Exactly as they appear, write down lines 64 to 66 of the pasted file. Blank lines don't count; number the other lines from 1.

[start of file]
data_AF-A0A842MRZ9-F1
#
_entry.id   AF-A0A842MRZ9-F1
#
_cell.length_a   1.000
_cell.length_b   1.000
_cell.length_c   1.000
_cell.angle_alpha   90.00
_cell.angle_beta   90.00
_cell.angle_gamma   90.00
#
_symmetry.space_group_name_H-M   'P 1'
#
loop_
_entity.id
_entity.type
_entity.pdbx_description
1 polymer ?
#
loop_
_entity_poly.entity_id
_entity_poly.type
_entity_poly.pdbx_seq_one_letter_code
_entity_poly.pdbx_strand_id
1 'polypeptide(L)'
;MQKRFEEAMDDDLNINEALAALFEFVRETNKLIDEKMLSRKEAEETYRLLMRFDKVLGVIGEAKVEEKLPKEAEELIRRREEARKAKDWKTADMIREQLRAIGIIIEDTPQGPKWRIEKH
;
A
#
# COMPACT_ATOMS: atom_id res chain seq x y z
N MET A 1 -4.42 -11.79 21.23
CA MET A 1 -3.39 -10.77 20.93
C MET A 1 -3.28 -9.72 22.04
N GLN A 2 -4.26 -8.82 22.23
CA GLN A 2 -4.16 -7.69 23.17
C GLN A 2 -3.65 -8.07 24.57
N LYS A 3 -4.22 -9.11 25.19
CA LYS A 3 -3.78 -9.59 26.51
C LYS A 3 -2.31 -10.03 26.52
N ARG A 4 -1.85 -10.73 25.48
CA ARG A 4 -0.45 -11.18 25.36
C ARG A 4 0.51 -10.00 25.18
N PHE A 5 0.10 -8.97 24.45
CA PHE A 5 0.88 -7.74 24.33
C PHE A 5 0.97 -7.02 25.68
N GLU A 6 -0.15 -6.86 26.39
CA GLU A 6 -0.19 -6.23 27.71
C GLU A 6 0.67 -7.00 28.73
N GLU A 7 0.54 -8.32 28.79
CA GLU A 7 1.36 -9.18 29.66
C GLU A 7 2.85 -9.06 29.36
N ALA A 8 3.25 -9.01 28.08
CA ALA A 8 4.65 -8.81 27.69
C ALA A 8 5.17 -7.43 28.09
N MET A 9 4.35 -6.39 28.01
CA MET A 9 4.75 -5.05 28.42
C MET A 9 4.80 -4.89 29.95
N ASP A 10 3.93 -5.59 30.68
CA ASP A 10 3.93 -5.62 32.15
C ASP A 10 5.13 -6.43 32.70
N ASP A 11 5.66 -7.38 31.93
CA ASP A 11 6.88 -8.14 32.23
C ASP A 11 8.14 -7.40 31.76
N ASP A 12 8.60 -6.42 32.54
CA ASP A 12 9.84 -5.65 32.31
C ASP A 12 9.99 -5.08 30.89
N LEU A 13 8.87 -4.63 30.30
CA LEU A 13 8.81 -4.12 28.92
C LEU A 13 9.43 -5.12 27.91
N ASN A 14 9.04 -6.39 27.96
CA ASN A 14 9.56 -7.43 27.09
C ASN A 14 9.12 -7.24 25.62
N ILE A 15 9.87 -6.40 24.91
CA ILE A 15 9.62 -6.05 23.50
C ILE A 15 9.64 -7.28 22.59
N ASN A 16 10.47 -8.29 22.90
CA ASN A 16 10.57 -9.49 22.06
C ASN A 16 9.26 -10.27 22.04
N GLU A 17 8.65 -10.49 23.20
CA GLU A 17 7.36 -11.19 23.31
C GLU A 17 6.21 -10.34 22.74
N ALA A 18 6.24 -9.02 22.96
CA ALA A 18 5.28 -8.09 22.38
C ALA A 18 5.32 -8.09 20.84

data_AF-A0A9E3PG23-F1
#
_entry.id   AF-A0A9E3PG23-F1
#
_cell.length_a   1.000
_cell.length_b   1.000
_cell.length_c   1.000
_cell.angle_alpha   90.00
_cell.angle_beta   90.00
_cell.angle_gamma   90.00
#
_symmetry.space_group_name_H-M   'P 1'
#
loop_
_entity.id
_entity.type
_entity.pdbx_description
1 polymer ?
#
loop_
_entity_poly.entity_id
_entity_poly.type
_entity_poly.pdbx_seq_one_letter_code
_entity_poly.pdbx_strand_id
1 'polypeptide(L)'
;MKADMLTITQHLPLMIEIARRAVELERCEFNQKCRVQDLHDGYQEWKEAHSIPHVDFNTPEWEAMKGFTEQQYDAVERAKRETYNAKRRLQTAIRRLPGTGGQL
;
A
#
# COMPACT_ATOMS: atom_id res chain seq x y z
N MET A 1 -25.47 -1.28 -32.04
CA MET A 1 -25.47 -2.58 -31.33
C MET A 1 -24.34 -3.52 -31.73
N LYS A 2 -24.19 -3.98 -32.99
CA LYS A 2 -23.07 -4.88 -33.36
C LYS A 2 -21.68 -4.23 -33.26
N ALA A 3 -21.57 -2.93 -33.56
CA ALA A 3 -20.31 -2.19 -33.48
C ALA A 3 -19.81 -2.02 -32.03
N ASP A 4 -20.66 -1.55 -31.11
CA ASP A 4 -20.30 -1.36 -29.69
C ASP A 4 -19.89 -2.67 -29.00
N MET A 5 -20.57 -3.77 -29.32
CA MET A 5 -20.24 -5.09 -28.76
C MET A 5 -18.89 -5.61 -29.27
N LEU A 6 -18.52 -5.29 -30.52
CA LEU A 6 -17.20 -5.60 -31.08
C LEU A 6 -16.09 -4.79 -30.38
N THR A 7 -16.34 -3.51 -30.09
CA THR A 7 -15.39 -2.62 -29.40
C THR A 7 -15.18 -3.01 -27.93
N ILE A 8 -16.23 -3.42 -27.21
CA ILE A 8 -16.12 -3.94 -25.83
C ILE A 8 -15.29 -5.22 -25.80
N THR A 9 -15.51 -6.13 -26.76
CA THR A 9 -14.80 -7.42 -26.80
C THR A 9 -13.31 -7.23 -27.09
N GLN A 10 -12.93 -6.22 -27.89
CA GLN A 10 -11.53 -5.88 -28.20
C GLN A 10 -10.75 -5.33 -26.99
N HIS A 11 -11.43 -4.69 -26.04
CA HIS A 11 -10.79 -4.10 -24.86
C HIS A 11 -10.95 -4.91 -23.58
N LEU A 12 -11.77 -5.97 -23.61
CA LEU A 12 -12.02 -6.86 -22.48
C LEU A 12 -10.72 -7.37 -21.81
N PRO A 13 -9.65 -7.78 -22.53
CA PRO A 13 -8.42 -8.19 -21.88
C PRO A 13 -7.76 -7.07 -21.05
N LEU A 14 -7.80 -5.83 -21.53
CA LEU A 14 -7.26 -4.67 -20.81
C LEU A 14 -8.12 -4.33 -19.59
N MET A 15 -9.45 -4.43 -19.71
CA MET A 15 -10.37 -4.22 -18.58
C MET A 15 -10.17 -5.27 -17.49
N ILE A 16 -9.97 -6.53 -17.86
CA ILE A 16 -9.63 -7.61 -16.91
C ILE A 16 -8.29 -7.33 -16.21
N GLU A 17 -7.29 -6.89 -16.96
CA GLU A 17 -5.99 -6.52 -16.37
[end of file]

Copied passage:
N ASP A 12 8.60 -6.42 32.54
CA ASP A 12 9.84 -5.65 32.31
C ASP A 12 9.99 -5.08 30.89